In some districts of California, there are more opioid prescriptions than residents. The state is trying to change prescribing practices, but the necessary technology is not yet mature.
The CURES state opioid database has been around for decades, but recently rebooted to make it faster and easier to use. A 2016 law requires physicians to review the database before prescribing opioids to ensure that patients do not double.
But the Department of Justice, which heads CURES, said recently that the system will not be ready this summer. The mandate will not come into force until six months later
Carmen Balber of California Consumer Watchdog said it should have happened a while ago.
"We are disappointed that it has not come into force Nevertheless, and frankly, we are really worried that every day we delay, another patient in California is endangered," she said.
Public health officials said doctors could restrict CURES on prescription opioid abuse and reselling. In Kentucky, prescriptions for patients seeking analgesics fell 54 percent in the year following the entry into force of their government database mandate.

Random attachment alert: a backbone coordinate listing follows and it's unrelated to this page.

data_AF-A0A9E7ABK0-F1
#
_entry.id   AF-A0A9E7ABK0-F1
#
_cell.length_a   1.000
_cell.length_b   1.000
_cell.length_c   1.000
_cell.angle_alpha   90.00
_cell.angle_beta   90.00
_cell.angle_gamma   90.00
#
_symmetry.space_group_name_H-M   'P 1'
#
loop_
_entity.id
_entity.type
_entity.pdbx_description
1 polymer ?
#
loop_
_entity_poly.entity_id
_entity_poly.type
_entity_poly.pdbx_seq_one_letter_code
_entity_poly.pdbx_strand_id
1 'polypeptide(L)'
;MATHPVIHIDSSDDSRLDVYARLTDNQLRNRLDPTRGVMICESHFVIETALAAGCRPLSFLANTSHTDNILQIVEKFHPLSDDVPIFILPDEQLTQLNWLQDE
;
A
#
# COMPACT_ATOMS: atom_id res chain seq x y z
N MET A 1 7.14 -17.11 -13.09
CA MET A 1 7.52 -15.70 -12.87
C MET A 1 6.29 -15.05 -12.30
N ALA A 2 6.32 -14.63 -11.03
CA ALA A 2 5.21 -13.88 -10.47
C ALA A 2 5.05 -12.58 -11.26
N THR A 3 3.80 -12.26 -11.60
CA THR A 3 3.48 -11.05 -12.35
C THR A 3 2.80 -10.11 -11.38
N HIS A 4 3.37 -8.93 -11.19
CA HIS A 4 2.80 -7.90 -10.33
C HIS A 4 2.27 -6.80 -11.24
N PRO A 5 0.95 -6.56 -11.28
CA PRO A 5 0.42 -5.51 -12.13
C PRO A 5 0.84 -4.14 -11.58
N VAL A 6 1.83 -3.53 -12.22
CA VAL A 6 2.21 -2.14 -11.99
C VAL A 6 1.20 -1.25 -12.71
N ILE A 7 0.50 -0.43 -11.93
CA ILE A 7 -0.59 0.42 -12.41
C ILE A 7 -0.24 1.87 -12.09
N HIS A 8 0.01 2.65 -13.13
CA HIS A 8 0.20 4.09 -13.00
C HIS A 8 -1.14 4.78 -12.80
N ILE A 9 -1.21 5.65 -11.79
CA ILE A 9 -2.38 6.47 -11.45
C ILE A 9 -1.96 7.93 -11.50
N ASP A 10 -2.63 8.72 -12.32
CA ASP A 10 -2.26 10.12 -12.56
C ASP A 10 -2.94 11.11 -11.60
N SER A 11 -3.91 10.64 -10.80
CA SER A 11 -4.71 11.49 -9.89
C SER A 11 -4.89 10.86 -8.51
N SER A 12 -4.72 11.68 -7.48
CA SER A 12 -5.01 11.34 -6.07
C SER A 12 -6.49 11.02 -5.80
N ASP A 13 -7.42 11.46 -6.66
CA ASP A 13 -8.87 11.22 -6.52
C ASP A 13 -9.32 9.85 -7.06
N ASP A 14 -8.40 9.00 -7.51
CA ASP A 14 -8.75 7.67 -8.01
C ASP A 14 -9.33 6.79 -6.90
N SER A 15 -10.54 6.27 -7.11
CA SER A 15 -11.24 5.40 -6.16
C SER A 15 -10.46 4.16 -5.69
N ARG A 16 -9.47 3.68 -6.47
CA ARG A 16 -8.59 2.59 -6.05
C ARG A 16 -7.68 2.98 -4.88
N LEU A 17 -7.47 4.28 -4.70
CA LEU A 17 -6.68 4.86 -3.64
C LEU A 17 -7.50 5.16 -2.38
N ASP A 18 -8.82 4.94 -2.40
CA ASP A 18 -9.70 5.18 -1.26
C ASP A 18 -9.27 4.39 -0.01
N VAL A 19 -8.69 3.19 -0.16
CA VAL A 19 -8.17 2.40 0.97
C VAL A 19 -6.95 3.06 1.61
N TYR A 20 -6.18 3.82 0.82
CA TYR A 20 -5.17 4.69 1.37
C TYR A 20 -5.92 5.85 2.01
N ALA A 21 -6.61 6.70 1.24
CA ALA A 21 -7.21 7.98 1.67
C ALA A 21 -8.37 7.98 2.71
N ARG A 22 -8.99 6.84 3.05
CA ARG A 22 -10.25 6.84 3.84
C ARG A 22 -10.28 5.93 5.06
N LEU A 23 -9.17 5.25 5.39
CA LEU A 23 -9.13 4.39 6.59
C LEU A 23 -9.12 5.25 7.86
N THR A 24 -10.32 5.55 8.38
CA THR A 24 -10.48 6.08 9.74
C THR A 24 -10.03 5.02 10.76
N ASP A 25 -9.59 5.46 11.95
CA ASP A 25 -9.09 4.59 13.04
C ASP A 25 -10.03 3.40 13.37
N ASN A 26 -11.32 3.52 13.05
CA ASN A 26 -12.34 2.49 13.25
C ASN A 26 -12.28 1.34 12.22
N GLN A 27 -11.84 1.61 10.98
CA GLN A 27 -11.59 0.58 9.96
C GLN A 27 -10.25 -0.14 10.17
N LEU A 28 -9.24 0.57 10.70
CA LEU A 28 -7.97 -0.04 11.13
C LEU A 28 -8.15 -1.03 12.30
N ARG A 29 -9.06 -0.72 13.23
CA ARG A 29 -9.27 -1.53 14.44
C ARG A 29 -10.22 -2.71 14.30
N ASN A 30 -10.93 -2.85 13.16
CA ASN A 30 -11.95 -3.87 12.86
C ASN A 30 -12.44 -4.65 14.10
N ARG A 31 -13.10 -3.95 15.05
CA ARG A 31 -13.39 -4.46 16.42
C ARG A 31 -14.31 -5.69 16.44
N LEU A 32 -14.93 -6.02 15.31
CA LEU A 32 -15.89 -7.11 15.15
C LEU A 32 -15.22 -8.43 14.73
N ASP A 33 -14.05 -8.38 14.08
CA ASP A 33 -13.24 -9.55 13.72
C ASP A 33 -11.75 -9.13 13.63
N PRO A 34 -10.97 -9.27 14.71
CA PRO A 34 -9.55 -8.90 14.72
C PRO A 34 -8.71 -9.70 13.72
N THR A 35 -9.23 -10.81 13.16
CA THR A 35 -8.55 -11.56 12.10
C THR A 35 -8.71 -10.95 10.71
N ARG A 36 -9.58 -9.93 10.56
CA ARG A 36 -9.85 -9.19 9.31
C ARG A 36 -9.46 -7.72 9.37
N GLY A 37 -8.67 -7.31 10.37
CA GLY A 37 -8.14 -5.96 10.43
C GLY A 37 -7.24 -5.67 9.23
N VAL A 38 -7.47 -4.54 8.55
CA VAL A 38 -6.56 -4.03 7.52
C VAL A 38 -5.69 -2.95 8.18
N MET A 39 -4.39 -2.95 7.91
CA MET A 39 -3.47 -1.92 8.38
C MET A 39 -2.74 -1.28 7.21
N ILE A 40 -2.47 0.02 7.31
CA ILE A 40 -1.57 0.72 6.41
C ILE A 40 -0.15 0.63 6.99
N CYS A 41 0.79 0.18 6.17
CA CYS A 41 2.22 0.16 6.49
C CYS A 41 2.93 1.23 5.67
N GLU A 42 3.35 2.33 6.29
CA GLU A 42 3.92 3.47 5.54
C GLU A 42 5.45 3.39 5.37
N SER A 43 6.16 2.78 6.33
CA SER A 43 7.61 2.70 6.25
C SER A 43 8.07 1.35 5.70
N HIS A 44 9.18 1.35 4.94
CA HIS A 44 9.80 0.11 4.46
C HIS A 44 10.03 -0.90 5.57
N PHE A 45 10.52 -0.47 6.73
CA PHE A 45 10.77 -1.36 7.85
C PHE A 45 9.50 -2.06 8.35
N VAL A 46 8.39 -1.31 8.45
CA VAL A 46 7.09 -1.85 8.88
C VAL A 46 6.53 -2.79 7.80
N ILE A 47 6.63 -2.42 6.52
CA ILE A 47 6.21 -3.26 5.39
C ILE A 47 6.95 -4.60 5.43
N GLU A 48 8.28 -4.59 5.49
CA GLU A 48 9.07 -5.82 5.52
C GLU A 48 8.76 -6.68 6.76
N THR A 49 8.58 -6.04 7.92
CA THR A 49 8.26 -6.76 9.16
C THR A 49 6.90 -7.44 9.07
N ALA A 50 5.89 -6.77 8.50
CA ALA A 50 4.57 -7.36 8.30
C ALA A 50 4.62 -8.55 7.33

Virginia Herold of the California Board of Pharmacy said that pharmacists are already applying CURES on a regular basis, although it is not
"When [pharmacists] a CURES report is looked at and they see that in the last two weeks a number of Medication is delivered to this patient … this patient comes in every month and gets refills early, is on several controlled medications … we expect the pharmacist to refuse to take the prescription. "
There are a handful Invoices that address CURES this year, including one that links CURES to other countries' databases.